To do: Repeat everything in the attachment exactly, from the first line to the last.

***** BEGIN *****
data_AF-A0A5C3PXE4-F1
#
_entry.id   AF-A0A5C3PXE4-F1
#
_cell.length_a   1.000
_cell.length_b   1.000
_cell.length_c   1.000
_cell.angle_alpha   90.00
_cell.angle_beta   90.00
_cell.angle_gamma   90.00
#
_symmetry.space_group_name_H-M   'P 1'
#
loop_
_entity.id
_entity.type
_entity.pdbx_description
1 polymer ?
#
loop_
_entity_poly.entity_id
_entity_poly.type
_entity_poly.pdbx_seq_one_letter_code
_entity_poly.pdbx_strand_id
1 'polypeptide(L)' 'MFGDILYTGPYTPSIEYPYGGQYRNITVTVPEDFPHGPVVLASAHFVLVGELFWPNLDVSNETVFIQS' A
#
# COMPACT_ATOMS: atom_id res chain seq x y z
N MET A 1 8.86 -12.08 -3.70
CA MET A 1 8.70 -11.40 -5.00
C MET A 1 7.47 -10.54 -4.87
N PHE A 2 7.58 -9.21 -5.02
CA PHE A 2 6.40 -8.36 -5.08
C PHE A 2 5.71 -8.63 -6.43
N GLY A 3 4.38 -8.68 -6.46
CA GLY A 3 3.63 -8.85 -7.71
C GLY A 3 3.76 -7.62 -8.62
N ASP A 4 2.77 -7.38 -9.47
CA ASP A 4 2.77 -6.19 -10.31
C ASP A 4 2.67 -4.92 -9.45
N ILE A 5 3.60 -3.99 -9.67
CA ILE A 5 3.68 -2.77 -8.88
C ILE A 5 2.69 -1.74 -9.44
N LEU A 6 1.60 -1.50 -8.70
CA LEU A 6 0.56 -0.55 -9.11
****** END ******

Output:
data_AF-A0A5C3PXE4-F1
#
_entry.id   AF-A0A5C3PXE4-F1
#
_cell.length_a   1.000
_cell.length_b   1.000
_cell.length_c   1.000
_cell.angle_alpha   90.00
_cell.angle_beta   90.00
_cell.angle_gamma   90.00
#
_symmetry.space_group_name_H-M   'P 1'
#
loop_
_entity.id
_entity.type
_entity.pdbx_description
1 polymer ?
#
loop_
_entity_poly.entity_id
_entity_poly.type
_entity_poly.pdbx_seq_one_letter_code
_entity_poly.pdbx_strand_id
1 'polypeptide(L)' 'MFGDILYTGPYTPSIEYPYGGQYRNITVTVPEDFPHGPVVLASAHFVLVGELFWPNLDVSNETVFIQS' A
#
# COMPACT_ATOMS: atom_id res chain seq x y z
N MET A 1 8.86 -12.08 -3.70
CA MET A 1 8.70 -11.40 -5.00
C MET A 1 7.47 -10.54 -4.87
N PHE A 2 7.58 -9.21 -5.02
CA PHE A 2 6.40 -8.36 -5.08
C PHE A 2 5.71 -8.63 -6.43
N GLY A 3 4.38 -8.68 -6.46
CA GLY A 3 3.63 -8.85 -7.71
C GLY A 3 3.76 -7.62 -8.62
N ASP A 4 2.77 -7.38 -9.47
CA ASP A 4 2.77 -6.19 -10.31
C ASP A 4 2.67 -4.92 -9.45
N ILE A 5 3.60 -3.99 -9.67
CA ILE A 5 3.68 -2.77 -8.88
C ILE A 5 2.69 -1.74 -9.44
N LEU A 6 1.60 -1.50 -8.70
CA LEU A 6 0.56 -0.55 -9.11